Keep in mind that all allergists are not created equally.  Yes your allergist deals with asthma and that is awesome.  But are they specialized in asthma because they see it in patients who have environmental allergies?  The understanding of food allergies in the last ten years has changed dramatically, even the testing protocol has changed.  Allergists should not be doing blanket testing without strong clues to indicate specific foods.  So many environmental allergists are parading as allergists who have a clue about food allergies without proper knowledge.  Blanket testing is easy for allergists to do but hard on the person has to avoid all of those foods, especially if they are false positives.

So you are wondering if orange could cause the symptoms you experienced.  One of the things you may need to do is to have an in office food challenge to see if oranges are truly an allergen for you.  I am making the assumption that smoothie was made commercially?  Do you get those on occassion?  The reason I ask is because the likelihood of cross contamination is likely.  Was it in the mall where perfumes are in higher concentration?  Headaches lean more toward environmental and not food reactions.  Runny noses can go either way.

Believe me when I say that I know how hard it is to figure out mystery reactions.  I am going through that right now with my other son whose lips swelled while eating a dinner we normally have to fight to get him to eat, post steroids (where he was having odd reactions such as all over body itching with no hives and purple patches on his face) and while on Amox.  Not sure we will ever have a clear answer because there is also a chance it could have been viral.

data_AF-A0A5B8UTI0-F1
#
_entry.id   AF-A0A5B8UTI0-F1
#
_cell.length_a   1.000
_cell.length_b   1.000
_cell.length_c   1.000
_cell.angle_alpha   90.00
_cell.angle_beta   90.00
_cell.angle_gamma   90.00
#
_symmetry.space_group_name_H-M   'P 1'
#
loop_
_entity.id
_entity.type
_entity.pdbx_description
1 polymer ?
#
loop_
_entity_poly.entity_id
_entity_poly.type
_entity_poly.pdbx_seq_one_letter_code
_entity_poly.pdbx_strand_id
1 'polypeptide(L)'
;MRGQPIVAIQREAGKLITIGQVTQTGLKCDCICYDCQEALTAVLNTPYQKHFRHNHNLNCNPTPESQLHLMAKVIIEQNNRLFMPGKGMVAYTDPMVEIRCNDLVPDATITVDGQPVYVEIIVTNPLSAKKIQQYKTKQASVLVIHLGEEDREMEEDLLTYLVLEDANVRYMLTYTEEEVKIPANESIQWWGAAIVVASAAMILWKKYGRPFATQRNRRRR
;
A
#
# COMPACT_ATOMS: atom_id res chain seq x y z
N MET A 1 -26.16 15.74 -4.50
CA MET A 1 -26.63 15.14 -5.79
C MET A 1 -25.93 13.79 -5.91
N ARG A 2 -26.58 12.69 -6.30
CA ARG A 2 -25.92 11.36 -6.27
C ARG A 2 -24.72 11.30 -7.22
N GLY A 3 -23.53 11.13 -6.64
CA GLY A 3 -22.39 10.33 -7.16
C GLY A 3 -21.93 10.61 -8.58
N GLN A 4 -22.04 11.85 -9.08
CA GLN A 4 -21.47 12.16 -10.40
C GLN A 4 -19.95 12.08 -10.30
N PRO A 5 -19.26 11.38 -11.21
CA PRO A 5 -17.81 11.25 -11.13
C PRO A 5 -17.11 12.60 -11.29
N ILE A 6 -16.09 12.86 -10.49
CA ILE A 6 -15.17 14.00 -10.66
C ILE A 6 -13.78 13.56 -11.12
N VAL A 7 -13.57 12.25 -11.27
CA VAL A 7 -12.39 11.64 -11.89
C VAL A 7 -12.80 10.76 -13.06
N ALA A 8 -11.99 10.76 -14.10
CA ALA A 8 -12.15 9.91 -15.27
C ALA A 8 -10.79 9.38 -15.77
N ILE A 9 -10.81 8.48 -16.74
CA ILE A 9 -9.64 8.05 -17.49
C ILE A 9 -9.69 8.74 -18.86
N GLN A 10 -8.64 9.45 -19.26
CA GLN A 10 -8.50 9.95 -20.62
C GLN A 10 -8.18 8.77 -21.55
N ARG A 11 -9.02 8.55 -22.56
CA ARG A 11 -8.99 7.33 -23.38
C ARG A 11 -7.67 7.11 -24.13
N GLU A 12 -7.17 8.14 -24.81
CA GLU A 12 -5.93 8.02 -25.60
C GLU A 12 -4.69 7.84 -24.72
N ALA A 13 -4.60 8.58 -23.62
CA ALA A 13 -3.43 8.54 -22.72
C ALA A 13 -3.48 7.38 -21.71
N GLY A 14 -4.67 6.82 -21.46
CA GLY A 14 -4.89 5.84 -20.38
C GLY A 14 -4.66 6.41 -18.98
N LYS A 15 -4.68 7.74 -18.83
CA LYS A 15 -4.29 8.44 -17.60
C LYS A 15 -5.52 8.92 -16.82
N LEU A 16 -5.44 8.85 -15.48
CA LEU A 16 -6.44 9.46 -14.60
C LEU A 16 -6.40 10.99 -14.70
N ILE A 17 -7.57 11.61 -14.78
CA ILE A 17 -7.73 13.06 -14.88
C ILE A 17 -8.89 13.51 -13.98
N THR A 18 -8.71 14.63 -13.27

DS1 - Wheat, rye, barley and egg
DS2 - peanuts
DD -  tree nuts, soy and sunflower
Me - bananas, eggplant, many drugs
Southeast USA

Offline rebekahc

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Re: Orange allergy
« Reply #9 on: December 12, 2011, 01:36:47 PM »
I'm sorry you're feeling attacked.  :-[  I know CM is trying to help answer your question while also keeping in mind the many other people (especially those who are new to food allergies) who read and take advice here without ever posting.  It's important that we (as a board and the allergic community) emphasize current best practices in food allergy diagnosis/treatment/management, the accuracy (or not) of testing, and which types of reactions are likely to NOT be IgE mediated immune responses.

Now, as to your question - does your reaction sound typical of reactions experienced by those with orange allergy?  Probably not.  There aren't allergic reaction symptoms specific to a certain food.  You can't say people who are allergic to milk tend to get hives and vomit or people allergic to peanuts tend to wheeze and get swollen lips.  Any food allergy can cause any number or combination of symptoms.  The symptoms are not food specific or even the same each time a person reacts.